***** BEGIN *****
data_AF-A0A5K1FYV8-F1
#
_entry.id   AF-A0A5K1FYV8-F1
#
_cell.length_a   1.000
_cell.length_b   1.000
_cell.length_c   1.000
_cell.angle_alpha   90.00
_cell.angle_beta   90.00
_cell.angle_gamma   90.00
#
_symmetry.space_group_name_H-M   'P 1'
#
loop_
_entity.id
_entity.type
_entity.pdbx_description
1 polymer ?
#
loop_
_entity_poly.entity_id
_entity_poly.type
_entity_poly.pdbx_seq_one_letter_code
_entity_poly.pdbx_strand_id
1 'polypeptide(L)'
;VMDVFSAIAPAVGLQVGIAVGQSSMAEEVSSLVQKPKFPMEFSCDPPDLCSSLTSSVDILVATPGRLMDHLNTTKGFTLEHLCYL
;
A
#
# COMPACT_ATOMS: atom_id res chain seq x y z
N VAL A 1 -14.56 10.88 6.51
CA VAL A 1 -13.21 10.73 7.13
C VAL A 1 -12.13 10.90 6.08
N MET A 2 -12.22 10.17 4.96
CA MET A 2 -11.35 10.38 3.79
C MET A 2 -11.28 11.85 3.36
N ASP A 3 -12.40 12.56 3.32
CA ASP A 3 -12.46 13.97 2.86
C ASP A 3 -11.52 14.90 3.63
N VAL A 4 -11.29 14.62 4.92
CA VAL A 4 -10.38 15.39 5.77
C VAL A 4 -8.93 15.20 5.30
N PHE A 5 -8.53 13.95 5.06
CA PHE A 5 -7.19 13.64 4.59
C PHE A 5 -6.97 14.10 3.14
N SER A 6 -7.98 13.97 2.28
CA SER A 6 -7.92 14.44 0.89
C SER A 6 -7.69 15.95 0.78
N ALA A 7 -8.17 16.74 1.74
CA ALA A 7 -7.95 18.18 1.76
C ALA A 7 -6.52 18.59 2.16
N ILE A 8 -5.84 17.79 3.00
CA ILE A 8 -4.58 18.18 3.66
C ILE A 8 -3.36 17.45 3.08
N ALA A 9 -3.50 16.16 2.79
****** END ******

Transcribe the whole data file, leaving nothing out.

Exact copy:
data_AF-A0A5K1FYV8-F1
#
_entry.id   AF-A0A5K1FYV8-F1
#
_cell.length_a   1.000
_cell.length_b   1.000
_cell.length_c   1.000
_cell.angle_alpha   90.00
_cell.angle_beta   90.00
_cell.angle_gamma   90.00
#
_symmetry.space_group_name_H-M   'P 1'
#
loop_
_entity.id
_entity.type
_entity.pdbx_description
1 polymer ?
#
loop_
_entity_poly.entity_id
_entity_poly.type
_entity_poly.pdbx_seq_one_letter_code
_entity_poly.pdbx_strand_id
1 'polypeptide(L)'
;VMDVFSAIAPAVGLQVGIAVGQSSMAEEVSSLVQKPKFPMEFSCDPPDLCSSLTSSVDILVATPGRLMDHLNTTKGFTLEHLCYL
;
A
#
# COMPACT_ATOMS: atom_id res chain seq x y z
N VAL A 1 -14.56 10.88 6.51
CA VAL A 1 -13.21 10.73 7.13
C VAL A 1 -12.13 10.90 6.08
N MET A 2 -12.22 10.17 4.96
CA MET A 2 -11.35 10.38 3.79
C MET A 2 -11.28 11.85 3.36
N ASP A 3 -12.40 12.56 3.32
CA ASP A 3 -12.46 13.97 2.86
C ASP A 3 -11.52 14.90 3.63
N VAL A 4 -11.29 14.62 4.92
CA VAL A 4 -10.38 15.39 5.77
C VAL A 4 -8.93 15.20 5.30
N PHE A 5 -8.53 13.95 5.06
CA PHE A 5 -7.19 13.64 4.59
C PHE A 5 -6.97 14.10 3.14
N SER A 6 -7.98 13.97 2.28
CA SER A 6 -7.92 14.44 0.89
C SER A 6 -7.69 15.95 0.78
N ALA A 7 -8.17 16.74 1.74
CA ALA A 7 -7.95 18.18 1.76
C ALA A 7 -6.52 18.59 2.16
N ILE A 8 -5.84 17.79 3.00
CA ILE A 8 -4.58 18.18 3.66
C ILE A 8 -3.36 17.45 3.08
N ALA A 9 -3.50 16.16 2.79